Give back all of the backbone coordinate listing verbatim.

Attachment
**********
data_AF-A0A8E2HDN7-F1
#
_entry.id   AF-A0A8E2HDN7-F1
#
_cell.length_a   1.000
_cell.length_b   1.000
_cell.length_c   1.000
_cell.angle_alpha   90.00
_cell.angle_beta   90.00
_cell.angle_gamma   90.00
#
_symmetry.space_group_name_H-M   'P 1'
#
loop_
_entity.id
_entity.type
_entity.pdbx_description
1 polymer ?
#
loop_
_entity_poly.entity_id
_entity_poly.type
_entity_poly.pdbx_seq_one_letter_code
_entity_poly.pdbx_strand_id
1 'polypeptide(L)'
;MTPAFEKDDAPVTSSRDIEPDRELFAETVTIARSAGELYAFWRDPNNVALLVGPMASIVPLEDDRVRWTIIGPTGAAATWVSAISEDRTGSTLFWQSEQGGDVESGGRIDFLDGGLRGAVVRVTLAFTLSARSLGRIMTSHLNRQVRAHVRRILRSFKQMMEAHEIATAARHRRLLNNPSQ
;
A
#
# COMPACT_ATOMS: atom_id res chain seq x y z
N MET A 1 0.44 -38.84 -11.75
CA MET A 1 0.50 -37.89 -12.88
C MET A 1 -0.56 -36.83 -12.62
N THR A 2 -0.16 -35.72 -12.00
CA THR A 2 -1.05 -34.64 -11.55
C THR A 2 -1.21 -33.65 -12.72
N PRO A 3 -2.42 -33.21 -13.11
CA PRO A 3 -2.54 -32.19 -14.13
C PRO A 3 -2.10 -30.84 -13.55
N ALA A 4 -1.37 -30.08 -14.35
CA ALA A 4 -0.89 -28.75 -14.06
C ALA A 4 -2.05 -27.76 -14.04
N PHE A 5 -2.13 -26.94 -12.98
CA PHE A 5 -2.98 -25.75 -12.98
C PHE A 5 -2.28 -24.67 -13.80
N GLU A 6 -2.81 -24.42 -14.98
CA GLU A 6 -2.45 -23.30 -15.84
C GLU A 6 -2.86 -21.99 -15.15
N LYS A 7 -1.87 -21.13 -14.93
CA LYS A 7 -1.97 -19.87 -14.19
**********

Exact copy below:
data_AF-A0A8E2HDN7-F1
#
_entry.id   AF-A0A8E2HDN7-F1
#
_cell.length_a   1.000
_cell.length_b   1.000
_cell.length_c   1.000
_cell.angle_alpha   90.00
_cell.angle_beta   90.00
_cell.angle_gamma   90.00
#
_symmetry.space_group_name_H-M   'P 1'
#
loop_
_entity.id
_entity.type
_entity.pdbx_description
1 polymer ?
#
loop_
_entity_poly.entity_id
_entity_poly.type
_entity_poly.pdbx_seq_one_letter_code
_entity_poly.pdbx_strand_id
1 'polypeptide(L)'
;MTPAFEKDDAPVTSSRDIEPDRELFAETVTIARSAGELYAFWRDPNNVALLVGPMASIVPLEDDRVRWTIIGPTGAAATWVSAISEDRTGSTLFWQSEQGGDVESGGRIDFLDGGLRGAVVRVTLAFTLSARSLGRIMTSHLNRQVRAHVRRILRSFKQMMEAHEIATAARHRRLLNNPSQ
;
A
#
# COMPACT_ATOMS: atom_id res chain seq x y z
N MET A 1 0.44 -38.84 -11.75
CA MET A 1 0.50 -37.89 -12.88
C MET A 1 -0.56 -36.83 -12.62
N THR A 2 -0.16 -35.72 -12.00
CA THR A 2 -1.05 -34.64 -11.55
C THR A 2 -1.21 -33.65 -12.72
N PRO A 3 -2.42 -33.21 -13.11
CA PRO A 3 -2.54 -32.19 -14.13
C PRO A 3 -2.10 -30.84 -13.55
N ALA A 4 -1.37 -30.08 -14.35
CA ALA A 4 -0.89 -28.75 -14.06
C ALA A 4 -2.05 -27.76 -14.04
N PHE A 5 -2.13 -26.94 -12.98
CA PHE A 5 -2.98 -25.75 -12.98
C PHE A 5 -2.28 -24.67 -13.80
N GLU A 6 -2.81 -24.42 -14.98
CA GLU A 6 -2.45 -23.30 -15.84
C GLU A 6 -2.86 -21.99 -15.15
N LYS A 7 -1.87 -21.13 -14.93
CA LYS A 7 -1.97 -19.87 -14.19